The following is a summary of LEMP Founder, Douglas Waudo engaging season with students at Kenyatta University on how to prepare for the job market. 1. Have a professional CV. Most qualified job seekers hardly get invited for interviews by prospective employers despite applying for hundreds of jobs due to a poorly presented and lacklustre written CV. If an employer struggles to understand your CV, or has to literally spent lots of time dig for information, chances are your CV will end up in the trash bin. Ensure your CV is well-written and presented, easily understandable and has the following: a cover letter, contact details, career objective, education qualifications, career summary, working experience, listed skills and referees. 2. Know where and how to look for jobs. Don't just rely on one way to look for a job. Subscribe on various job sites, where you get alerts on job vacancies in your field of interest. Constantly check out newspapers and employment boards. Learn the art of networking. This can be achieved through engaging in alumni associations, having your profile and CV on LinkedIn, attending career fairs, product launches and events organised by prospective employers. Finally, identify prospective employers and follow them on social media to receive alerts on advertised vacancies, and be updated on happenings of the organisations. 3. Be prepared for interviews. Take time to research about the organisation and the position before you attend an interview. On the day of the interview, show up on time and look professional. Don't arrive late for an interview with excuses of traffic jam etc. Be confident and sell yourself. Let your education, experience and skills, achievements and your passion be manifested in the interview. Remember to carry educational documents and any previous work you have done to make your case why you believe you are the right person for the position. 4. Be prepared after the interview. Looking for a job doesn't end after an interview. Take time to analysis how your last interview went. Would you have answered certain questions better? What would you need to do to improve on for your next interview? Take each interview as a learning opportunity to perform better for the next. In negotiating for an offer - be ready to accept days of humble beginnings. Know your market rate. Most people have trouble getting jobs because they have either overprice or underpriced themselves out of jobs. Know your professional worth, and be realistic with your remunerations. Don't be quick to turn offers down simply because they didn't meet your salary expectations.
The funny thing about life, and moreso about money is that we all want to be rich and wealthy. We want to be successful, prosperous and live a good life. The irony however is that majority of us don't take time to study and understand the principles of financial freedom and wealth creation. Our concept and understanding of savings and investments is based on speculation, trials and errors, copy and paste, and what I call 'get rich quick big ideas hype' such as 'quail eggs' investment, pyramid schemes etc. Its important to understand that wealth is not created in confusion and disorder. It doesn't happen by magic, hype or speculation. It takes discipline, commitment, consistency, focus, and more importantly, knowledge and understanding to create wealth and be financially free. Unfortunately, for most of us our ignorance has subjected us to years of poverty and being broke. Its almost certain, acceptable and normal for us to be broke every January. Well, allow me to share with you 12 things on how to be poor in 2016. 1.You hope salary will make you rich. Don't exclusively rely on your salary to become rich, unless it reads like the bank statement of a corrupt African president. Look for ways of having an additional income besides your salary if you want to create wealth. Utilise your gifts and talents, opportunities and networks around you to make an extra coin. Don't be a slave to a monthly salary. It can only take you so far. 2.You busy building others’ dreams. Remember if you don't build your own dream, someone else will hire you to build theirs. What are you doing everyday to build your dream? Outside your 'normal 8am-5pm' work schedule, how else do you utilise your time in building your dream? Are you busy building other people's dreams and forgetting to build yours? 3.You dream instead of doing. The only difference between successful and unsuccessful people, is that unsuccessful people are busy dreaming while successful people are busy doing. Many of us have super great ideas that would make us rich and successful in life. Unfortunately, the most we do is talk about it, and do nothing. We are afraid to take risks. We have become experts in procrastination. 4.You spend more than you earn. Oh boy! I learnt this through the school of hard knocks, you want to be poor, sweetheart, spend more than you earn. Live beyond your limits. Ensure your expenditure is always more than your income, and you will be guaranteed a life of poverty, lack and daily struggles. 5.Humble beginnings ain’t for you. We all want to live in fancy houses. Drive nice cars. Be wealthy, successful and rich. But then again, how many of us are ready to start small? So, what do we do, we borrow to buy the car or things we can hardly afford, then end up in financial bondage because our pride and ego couldn't allow us to be subjected to days of humble beginnings. No house is built from the top, honey. 6.Don’t start saving until you get big money. One of the biggest lessons I have learned about money over the years is the fact that there's nothing as small money. No matter its unit, each coin has a value. Don't despise small change. Develop the habit of saving the little you have, and little by little you will be building your empire. 7.Biashara’s and hustling is for Kikuyu’s. I can't tell you how long I have heard that. Business and hustling is for certain tribes. So, what do the rest of us do, we hang around in dingy bars, with our loan-financed jalopies parked outside as we blame the government and "that other tribe" for stealing our money and taxes. In the meantime, the chap who is cleaning our Japan-imported juggernauts outside, will end up being our landlord in a few years. 8.Compete for flossets. Assets are things that bring you income, flossets are things that take your income. We are more inclined to flossing and showing off the newest phones, newest cars, trendy design clothes. For us, we think we have arrived. We are with the it. We have arrived. We compete with celebrities in our dressings and lifestyle. Only problem is, our financial 'flossing' is build on quick sand, for we are busy impressing and pleasing our friends by investing on liabilities, instead of assets. 9.You complain and blame others. Walk on the streets of Nairobi and ask anyone randomly why they aren't rich or successful and you will be hit by a long list of people they blame. They will blame the government, their teachers, their boss, their parents, landlord, spouse, pastor, siblings etc. Newsflash buddy: its your life. You are the C.E.O of your life. You are responsible for your own life. Whatever happens in your life, you have either allowed it, tolerated it or ignored it. If complaining and blaming others will lead to richness, trust me most of us would be trillionaires. 10.You live for today. Its called the You Only Live Once (YOLO) mentality. So, what do we do, we blow up the little coins we have in our pockets without a care for tomorrow. And that's why there are so many people right now depressed because they have rent to pay, school fees, car insurance etc... The irony, you should have seen them rocking like rockstars in December, and literally making it rain. 11.You look for shortcuts. We live in the country of deals. Tenderpreneurship is the order of the day. We all want to get rich, quickly. As a result, we are busy stealing from each other, killing each other and abusing each other. We live in a man-eat-man society. People 'conveniently' falling in love to be assured of a better life. Politicians stealing the little taxes collected. Preachers inventing ways of collecting 'seeds'. That's why we bribe our ways into almost anything, including getting married. 12.You just don’t get it. Finally, after all has been said and done - we just don't get it. We don't get it that the essence and meaning of life should be tagged on a higher calling, involving a personal relationship with Our Manufacturer, God. We don't get it that success in life shouldn't be measured by materialistic things. For one day, we will all die. We will be lying on that cold slab. Breathless, lifeless. Finally, silent. We won't be buried by the things we loved or worked so hard to possess. The most we will be buried with, if we are lucky is a fancy coffin. Perhaps a designer suit or dress. And it will be a wrap for us. That would be it. Dead. Gone. Forgotten. And life will go on like we were never around. We just don't get it that it profits no man to gain the whole world but loose his own soul in eternal life. We don't get it that there's more to life than a fancy car, house, lifestyle and all the wealth and richness in the world. We don't get it that the essence of life is living a life of purpose. A life which God, the Creator of all things, intended us to live. Finally, we just don't get it that when we die, which we all would, nothing else will matter, except how we treated fellow human beings, and more importantly how we related with the Big Guy Upstairs. Unfortunately, by the time we finally get it. It will be too late. We would be breathing our last.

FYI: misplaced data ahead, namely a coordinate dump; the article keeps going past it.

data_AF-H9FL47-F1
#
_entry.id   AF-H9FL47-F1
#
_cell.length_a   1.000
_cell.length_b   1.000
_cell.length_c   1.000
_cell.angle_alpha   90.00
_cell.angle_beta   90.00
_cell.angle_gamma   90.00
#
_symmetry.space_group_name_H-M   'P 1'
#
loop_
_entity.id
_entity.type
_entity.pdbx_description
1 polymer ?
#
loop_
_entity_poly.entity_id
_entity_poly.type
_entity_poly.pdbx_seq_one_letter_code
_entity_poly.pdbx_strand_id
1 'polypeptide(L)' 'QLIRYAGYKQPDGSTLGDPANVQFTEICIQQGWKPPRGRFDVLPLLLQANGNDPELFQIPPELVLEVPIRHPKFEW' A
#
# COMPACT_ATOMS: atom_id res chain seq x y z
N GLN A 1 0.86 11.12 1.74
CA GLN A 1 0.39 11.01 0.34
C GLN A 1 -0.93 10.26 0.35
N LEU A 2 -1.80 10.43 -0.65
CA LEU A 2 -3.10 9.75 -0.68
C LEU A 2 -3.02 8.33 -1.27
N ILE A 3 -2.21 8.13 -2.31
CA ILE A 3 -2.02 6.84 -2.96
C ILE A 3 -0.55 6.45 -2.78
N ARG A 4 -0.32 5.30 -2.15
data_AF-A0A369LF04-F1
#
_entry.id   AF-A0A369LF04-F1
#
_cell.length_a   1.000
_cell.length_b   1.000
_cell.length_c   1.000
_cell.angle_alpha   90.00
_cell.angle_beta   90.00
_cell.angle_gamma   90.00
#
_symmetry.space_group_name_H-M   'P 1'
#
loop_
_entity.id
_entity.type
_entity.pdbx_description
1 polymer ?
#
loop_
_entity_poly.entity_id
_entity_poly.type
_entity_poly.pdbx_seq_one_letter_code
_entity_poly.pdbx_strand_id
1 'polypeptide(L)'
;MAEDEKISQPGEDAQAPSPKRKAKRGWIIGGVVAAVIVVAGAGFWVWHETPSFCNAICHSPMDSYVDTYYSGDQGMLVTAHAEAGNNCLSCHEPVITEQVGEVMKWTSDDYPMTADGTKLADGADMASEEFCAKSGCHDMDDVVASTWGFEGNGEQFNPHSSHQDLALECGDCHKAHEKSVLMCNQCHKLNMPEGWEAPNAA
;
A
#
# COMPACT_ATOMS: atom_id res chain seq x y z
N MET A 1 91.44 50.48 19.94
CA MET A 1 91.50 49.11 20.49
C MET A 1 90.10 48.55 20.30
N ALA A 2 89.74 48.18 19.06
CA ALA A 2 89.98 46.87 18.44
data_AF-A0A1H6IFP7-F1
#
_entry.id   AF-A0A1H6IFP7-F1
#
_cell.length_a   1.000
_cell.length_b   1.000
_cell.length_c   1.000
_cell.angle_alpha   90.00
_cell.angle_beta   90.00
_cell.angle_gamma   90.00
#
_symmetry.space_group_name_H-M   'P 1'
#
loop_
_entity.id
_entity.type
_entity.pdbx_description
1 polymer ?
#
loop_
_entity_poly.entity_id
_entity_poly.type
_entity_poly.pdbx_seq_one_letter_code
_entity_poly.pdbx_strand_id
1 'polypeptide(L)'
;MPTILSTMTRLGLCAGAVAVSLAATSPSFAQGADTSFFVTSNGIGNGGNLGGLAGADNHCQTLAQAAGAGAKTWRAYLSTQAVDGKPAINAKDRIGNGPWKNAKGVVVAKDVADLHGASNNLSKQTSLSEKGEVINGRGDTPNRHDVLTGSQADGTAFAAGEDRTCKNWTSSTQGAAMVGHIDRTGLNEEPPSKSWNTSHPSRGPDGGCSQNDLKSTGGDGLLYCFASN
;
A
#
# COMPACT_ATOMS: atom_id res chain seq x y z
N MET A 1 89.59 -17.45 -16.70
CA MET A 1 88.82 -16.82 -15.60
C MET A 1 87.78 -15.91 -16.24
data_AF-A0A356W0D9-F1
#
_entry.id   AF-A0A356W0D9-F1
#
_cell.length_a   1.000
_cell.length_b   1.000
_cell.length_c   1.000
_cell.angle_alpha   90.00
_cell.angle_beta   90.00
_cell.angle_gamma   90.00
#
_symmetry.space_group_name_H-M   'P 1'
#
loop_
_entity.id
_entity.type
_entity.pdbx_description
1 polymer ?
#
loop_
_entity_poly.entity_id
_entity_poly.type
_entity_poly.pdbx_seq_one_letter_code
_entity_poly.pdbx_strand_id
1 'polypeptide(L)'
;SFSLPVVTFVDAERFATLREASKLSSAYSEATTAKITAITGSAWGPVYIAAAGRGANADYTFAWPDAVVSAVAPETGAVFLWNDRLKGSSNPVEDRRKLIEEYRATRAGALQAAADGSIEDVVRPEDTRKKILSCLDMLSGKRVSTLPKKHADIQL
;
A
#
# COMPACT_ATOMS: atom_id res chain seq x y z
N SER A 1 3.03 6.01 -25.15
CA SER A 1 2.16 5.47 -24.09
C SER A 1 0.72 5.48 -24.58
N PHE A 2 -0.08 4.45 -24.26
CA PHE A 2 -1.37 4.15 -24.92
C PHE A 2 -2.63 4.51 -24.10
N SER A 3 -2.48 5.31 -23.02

Douglas Waudo shares his mistakes, experiences, lessons learned and achievements on personal financial freedom after going through the Centonomy 101™ – Personal Financial Management Course in October 2013. He delivered the talk during the Centonomy Open Day held at the Nairobi National Museum on January 18, 2014. https://www.youtube.com/watch?v=ZbKE4ytU8OA
One of LEMP's best moments is to hear an alumni sharing their story of how the program not only changed their life, but how they are also changing other lives, and by extension the world around them. Well, such is the story that I am about to share. Its the story of Ngumbo Njoroge, an alumni of LEMP Season 2 (the chap in glasses in the picture above). I remember the first time I met Ngumbo on October 10, 2015 in our second class of LEMP Season 2. Apparently he had missed the first class because that is the day he was to commit suicide. He showed up in class looking lost, dejected and frustrated in life. Our first conversation will forever be engraved in my memory. He had hit rock bottom and was in the process of contemplating suicide. I have decided to give this program a chance. Its my last shot. I have nothing to live for at all, he spoke with finality. Fast forward to now, Ngumbo story makes me give glory to God for turning his life around. His is a story of hope, gratitude, and more importantly a story of how to live effectively on earth. Ngumbo sent us this email and we couldn't resist sharing. As you read it, remember this: We are all alive on this earth at this moment in history with a divine assignment - to make a difference in our society: Hello LEMP, Happy to inform you that we launched Gatanga Youth Mentorship Program on 19th February. In a conversation with Mr Douglas Waudo earlier this year, I had expressed intent to share some of the ideas I had picked from LEMP's Season 2 with other young people, for me that was through a mentorship program targeting high school and primary school students in my Gatanga constituency of Murang'a County. I shared the idea with friends and peers and so far the program has a team of 15 mentors. We had our first event at Jogoo Kimakia school on 19th February that was very successful and we are receiving positive feedback from the students, the administration and other stakeholders. It was the first of its kind in the school. Our vision is to roll out to other schools in the district. Our next event will be in March, this time in a primary school. Our goal is to share our experiences and knowledge to the younger generation to equip them to become agents of change in society. I am personally grateful to LEMP for positively influencing me. I am positively influencing the world in the best way LEMP taught me. I may not change the whole world but through this program, I will change someone's world. God bless LEMP. God bless Africa. Sincerely Ngumbo Njoroge- Agent of Change and LEMP Alumni.